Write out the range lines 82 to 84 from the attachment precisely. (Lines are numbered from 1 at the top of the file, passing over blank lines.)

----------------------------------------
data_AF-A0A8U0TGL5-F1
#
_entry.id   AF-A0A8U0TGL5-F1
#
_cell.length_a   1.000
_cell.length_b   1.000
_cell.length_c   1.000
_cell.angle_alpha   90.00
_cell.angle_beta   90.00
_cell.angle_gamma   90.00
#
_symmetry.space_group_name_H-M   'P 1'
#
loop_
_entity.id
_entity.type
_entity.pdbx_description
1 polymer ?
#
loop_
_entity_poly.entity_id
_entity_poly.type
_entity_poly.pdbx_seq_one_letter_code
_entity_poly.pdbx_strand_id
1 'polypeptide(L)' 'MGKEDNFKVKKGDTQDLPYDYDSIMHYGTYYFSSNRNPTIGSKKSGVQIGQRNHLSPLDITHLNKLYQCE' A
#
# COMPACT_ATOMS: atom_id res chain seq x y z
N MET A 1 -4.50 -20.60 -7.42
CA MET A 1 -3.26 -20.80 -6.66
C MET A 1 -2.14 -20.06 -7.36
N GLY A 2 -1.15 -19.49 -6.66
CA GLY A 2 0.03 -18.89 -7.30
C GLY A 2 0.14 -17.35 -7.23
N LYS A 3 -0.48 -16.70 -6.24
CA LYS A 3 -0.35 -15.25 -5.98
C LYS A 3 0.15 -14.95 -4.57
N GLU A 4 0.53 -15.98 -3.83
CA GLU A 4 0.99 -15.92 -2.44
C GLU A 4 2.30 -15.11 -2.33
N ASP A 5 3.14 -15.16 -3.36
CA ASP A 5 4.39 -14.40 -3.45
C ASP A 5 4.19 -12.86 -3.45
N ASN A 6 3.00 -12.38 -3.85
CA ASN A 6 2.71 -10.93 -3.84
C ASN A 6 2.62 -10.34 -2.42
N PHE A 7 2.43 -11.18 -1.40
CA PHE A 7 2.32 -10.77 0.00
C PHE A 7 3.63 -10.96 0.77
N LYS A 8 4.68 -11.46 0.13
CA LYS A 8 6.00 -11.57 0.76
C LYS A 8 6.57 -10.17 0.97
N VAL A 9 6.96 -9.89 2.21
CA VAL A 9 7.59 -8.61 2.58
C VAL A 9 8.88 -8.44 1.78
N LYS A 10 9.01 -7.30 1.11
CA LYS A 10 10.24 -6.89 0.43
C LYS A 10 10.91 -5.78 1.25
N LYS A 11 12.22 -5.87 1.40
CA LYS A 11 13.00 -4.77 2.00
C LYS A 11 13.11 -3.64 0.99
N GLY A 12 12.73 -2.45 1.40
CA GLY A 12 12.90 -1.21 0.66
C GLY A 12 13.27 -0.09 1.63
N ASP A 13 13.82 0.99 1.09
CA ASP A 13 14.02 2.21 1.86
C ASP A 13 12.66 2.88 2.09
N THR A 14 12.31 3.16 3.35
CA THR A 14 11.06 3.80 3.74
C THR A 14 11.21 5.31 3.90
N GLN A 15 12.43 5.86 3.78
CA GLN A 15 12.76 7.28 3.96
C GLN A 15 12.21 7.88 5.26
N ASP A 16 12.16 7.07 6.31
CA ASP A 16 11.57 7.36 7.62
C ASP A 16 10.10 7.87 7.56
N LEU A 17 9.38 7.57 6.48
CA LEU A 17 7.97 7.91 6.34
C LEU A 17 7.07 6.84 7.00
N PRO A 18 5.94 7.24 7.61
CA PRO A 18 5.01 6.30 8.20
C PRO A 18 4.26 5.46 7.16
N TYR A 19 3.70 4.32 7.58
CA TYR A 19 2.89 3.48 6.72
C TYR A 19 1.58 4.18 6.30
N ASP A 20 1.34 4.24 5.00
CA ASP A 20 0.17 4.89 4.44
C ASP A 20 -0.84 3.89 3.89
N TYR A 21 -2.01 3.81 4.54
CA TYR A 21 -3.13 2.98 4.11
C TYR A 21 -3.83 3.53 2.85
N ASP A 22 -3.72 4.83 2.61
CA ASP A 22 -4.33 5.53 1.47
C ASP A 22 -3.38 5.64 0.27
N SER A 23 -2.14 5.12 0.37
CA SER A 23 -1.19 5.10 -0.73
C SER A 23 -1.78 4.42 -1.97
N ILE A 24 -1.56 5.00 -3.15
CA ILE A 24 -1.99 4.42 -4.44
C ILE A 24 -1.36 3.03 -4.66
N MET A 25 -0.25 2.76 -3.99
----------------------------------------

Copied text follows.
N TYR A 19 3.70 4.32 7.58
CA TYR A 19 2.89 3.48 6.72
C TYR A 19 1.58 4.18 6.30